I finally buckled down and did it—edited and prepared LORD ROGUE and CHEYENNE’S LADY for an e-book edition. These books were nearly 150,000 words originally, written back in the day when books were books and men were men. <G> LORD ROGUE holds a place in my heart because it was written about St. Louis and the Mississippi River, an area I lived in off and on for over twenty years. The period of 1812, the year after the Great Comet, was particularly lively with the war with Britain, Indian unrest, a chieftain who could predict the future, the first steamboat down the river, and an earthquake that made the river run backward. And because I had all those lovely words to play in, I used all those incidents! The hero of this book is such a contradiction in so many ways, that I’ve loved him for years. Take a quick look at the first pages and see what you think.
To celebrate my finally finishing these books, I’ve repackaged my other Americana: my Rita nominee, DENIM AND LACE, my sagas SHELTER FROM THE STORM, MOONLIGHT MISTRESS, and WAYWARD ANGEL, plus CHEYENNE’S LADY, my one and only gunfighter story, into a six book series.
If you want to just taste the western waters first, LORD ROGUE will be 99c for this month only.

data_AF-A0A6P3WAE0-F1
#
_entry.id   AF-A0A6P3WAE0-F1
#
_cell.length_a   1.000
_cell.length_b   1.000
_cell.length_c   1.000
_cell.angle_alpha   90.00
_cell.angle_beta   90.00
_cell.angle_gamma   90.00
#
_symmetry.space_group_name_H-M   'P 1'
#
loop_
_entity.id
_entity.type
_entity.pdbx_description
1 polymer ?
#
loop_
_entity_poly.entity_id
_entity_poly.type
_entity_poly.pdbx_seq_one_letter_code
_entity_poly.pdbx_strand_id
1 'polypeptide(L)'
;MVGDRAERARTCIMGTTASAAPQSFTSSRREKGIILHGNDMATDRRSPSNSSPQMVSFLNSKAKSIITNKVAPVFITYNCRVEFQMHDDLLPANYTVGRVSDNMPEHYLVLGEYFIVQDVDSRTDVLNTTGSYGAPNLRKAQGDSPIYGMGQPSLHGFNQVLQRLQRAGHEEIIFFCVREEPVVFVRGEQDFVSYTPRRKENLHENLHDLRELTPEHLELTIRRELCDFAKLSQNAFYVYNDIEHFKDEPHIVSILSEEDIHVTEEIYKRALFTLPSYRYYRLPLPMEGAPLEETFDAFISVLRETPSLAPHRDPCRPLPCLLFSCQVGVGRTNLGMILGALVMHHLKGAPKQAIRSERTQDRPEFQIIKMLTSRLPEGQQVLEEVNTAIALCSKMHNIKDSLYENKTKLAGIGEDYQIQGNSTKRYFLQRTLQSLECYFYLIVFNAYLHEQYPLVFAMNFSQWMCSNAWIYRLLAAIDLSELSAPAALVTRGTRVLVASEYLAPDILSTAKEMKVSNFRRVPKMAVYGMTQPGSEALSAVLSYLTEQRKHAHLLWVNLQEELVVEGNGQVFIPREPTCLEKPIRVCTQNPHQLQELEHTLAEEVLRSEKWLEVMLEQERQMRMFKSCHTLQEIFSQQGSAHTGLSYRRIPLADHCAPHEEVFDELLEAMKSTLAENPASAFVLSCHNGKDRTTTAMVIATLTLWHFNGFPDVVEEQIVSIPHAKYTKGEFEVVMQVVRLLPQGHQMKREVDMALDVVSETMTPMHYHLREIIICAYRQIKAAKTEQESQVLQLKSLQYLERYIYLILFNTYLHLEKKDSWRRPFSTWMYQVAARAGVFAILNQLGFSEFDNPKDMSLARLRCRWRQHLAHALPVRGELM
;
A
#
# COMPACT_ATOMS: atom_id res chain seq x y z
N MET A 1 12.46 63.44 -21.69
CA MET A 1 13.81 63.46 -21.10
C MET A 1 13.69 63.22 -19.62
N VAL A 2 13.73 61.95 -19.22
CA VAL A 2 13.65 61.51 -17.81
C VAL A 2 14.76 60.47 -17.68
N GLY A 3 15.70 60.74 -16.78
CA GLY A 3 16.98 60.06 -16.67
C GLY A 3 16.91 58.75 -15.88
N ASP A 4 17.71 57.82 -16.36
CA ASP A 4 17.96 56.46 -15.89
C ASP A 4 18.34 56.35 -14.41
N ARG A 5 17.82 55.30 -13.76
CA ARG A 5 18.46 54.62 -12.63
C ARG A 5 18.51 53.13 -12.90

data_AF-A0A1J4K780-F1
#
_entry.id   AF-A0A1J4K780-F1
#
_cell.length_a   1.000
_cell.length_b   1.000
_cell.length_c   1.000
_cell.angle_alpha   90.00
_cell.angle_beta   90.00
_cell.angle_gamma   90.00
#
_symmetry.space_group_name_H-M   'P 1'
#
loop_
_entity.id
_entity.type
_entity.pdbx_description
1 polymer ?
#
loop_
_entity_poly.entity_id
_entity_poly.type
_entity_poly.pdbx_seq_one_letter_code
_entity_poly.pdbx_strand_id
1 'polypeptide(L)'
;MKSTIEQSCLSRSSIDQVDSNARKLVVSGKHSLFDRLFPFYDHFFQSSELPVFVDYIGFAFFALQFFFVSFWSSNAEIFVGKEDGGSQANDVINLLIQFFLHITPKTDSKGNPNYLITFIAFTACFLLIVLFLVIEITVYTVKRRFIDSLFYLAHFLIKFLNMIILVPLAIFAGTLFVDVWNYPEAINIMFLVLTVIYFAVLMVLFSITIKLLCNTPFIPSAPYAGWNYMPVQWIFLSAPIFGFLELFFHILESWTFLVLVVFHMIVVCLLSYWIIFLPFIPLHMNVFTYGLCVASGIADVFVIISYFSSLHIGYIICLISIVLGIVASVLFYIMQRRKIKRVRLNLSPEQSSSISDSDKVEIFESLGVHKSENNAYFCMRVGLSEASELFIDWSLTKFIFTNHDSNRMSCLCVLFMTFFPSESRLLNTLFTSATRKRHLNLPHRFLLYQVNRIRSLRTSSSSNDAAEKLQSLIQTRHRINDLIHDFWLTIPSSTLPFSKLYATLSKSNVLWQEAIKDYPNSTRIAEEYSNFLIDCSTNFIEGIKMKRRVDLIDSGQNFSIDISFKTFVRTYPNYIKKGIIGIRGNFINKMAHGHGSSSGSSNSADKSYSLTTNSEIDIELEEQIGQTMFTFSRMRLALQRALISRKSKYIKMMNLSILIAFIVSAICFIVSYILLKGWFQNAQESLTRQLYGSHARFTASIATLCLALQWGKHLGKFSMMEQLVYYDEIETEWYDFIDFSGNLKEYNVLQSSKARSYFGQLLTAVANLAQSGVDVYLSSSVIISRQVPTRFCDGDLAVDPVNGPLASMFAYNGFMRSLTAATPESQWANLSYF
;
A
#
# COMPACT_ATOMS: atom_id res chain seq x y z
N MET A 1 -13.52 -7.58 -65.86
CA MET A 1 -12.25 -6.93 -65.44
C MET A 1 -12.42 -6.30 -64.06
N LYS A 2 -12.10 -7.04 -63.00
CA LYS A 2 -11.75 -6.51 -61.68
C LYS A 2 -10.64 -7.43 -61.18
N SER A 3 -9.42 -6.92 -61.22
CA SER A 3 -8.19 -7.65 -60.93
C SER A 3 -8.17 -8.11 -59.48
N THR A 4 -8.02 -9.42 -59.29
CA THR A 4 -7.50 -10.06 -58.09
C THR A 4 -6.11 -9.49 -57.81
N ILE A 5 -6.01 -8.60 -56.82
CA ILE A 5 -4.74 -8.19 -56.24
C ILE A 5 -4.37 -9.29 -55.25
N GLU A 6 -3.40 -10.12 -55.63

I’m not entirely certain why historical romance has abandoned our fascinating American history for England and the Regency era. We had lovely fashions, wealthy mansions, and noble heroes as often or more so than England. But for some reason, we seem to think of that era in our country as prairies and covered wagons. Take a walk on the wild side and see if you don’t develop a taste for a hero who can hold his own in any company!
My romances often reflect issues I grapple with personally. But because the books are upbeat and often humorous, the issues aren’t immediately obvious. Sure, my blind marquess in THEORY OF MAGIC has anger issues. He’s disabled in a society that considers disability a matter of shame. His heroine (and quite frequently, his family) point out that as a marquess, he’s fortunate in a society that walks over the poor and helpless, but in 1830, wealthy white privilege is a matter of fact, not social commentary.
Still, I tried to show the very human tendency to judge others on the basis of appearances or hearsay, without any evidence to prove that opinion right or wrong. I’m as guilty as anyone. I scorn books with poorly written blurbs or bad covers, assuming the writing will be equally unprofessional. I am a literary snot. I know this, but it’s an easy way of dismissing the barrage of information crossing my computer screen. Continue reading
My historical romances tend to be set in rural areas, because it’s so much simpler to push the characters together with limited surroundings–and besides, I love the sprawling estates! Until I actually went to London and visited some of the town houses, I had images of spacious London homes too. Reality isn’t as fun.
The image here is actually Dublin because I couldn’t ferret one out of my files for London that didn’t contain shopping on the bottom floor. But this is what the older sections of London would look like. Mayfair–where most of our Regency character reside in the new houses–might have larger residences, but only for the wealthy.
Now imagine my busy marquess entertaining his political friends, housing his brothers and his sons, and throwing a new wife into the mix. Can we say “crowded”? What’s the smallest house you’ve ever lived in?